High blood pressure (or hypertension) affects the heart similar to the way weights affect muscles. When we lift weights, our muscles tend to get big and strong and thick. However, the heart is a muscle. Blood pressure is a weight that the heart has to pump against. The problem with the heart pumping against the elevated blood pressure is, the heart then starts to get thick and, unlike our outside muscles which gives us strength, when the heart gets thick it becomes stiff. It then leads to things such as heart failure. We can have stroke. We can have a high risk of heart disease and heart attacks as well. Over time, it can also affect vision and kidney function. So, it’s very important to get high blood pressure under control. 


How can young people’s blood pressure predict their health as they age?

Troy L. Randle, DO 

A young person’s diastolic blood pressure can be an indicator of heart health with age. If diastolic blood pressure is elevated and not controlled when a person is younger, this can indicate two things. One, the heart and arterial vessels are not relaxing as well, which is going to lead to stiffness and can be a precursor towards having heart failure or other heart problems later in life. The other is it may be a precursor to elevated systolic blood pressure later in life.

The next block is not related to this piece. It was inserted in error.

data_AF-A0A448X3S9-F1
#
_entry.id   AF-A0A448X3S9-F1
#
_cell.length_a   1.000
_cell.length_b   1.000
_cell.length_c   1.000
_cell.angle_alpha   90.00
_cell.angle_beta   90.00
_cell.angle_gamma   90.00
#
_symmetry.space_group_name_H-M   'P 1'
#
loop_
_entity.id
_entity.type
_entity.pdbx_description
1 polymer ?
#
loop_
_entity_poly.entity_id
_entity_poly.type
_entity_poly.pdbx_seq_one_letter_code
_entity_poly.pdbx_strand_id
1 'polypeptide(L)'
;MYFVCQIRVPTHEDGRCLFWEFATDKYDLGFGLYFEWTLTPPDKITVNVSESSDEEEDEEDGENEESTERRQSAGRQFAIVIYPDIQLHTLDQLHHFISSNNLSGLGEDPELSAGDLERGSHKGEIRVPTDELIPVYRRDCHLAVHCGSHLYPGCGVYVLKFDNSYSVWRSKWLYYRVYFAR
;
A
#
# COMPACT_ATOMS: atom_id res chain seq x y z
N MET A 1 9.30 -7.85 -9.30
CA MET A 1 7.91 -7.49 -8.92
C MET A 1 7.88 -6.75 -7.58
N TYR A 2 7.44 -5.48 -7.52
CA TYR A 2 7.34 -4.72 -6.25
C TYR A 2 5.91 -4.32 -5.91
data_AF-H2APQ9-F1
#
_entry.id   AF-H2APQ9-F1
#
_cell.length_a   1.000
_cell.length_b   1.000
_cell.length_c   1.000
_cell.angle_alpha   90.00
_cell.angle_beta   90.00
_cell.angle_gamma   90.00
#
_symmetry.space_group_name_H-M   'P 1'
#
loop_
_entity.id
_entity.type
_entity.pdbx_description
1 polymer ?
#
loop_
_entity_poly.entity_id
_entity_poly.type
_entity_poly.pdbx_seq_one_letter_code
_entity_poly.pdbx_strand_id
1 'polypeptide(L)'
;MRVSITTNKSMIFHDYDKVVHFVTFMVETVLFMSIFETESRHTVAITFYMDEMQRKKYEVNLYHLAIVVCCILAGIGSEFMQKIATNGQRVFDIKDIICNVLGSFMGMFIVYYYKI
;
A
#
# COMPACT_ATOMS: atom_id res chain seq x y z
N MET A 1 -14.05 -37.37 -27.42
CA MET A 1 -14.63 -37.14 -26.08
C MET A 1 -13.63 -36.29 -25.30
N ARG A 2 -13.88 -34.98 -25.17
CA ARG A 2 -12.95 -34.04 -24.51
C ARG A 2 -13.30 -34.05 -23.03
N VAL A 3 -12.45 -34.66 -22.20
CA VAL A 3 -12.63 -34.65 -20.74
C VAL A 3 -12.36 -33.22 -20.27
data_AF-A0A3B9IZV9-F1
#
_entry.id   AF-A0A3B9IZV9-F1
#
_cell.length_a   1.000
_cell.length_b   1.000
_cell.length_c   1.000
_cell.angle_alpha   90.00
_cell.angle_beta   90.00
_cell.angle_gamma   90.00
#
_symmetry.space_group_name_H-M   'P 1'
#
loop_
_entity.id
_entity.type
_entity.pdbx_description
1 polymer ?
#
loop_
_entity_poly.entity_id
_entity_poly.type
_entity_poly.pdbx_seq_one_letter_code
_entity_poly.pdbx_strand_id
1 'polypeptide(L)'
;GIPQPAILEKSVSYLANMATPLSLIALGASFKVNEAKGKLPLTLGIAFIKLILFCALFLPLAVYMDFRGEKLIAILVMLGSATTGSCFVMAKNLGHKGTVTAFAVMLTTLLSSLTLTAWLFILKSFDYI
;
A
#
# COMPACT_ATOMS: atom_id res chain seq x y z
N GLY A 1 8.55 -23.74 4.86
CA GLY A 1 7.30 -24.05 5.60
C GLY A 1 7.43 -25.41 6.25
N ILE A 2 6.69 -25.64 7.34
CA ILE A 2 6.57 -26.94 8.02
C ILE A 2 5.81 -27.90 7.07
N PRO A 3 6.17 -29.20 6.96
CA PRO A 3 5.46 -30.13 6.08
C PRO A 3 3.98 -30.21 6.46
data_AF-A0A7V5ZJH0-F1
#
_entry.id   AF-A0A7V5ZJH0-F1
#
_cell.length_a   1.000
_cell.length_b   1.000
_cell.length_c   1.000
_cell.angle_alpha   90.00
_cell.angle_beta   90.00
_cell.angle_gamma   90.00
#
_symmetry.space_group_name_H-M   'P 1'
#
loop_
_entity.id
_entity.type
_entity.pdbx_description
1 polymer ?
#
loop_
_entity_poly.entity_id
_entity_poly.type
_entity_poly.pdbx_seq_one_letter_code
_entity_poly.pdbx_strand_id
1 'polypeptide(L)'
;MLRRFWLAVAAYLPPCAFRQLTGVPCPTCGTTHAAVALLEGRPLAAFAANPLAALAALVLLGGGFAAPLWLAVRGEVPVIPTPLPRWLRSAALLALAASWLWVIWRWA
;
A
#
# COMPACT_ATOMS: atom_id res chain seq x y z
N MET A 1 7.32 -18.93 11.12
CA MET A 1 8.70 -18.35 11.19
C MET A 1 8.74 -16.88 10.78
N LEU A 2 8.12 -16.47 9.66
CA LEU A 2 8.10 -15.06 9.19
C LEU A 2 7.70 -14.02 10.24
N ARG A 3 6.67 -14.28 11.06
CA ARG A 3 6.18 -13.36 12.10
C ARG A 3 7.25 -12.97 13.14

How often should I check my blood pressure at home?

Troy L. Randle, DO 

You should check your blood pressure at home at least once a day, three to five times a week. Two to three measurements a day would be ideal, but at least one, at different times of the day, is okay.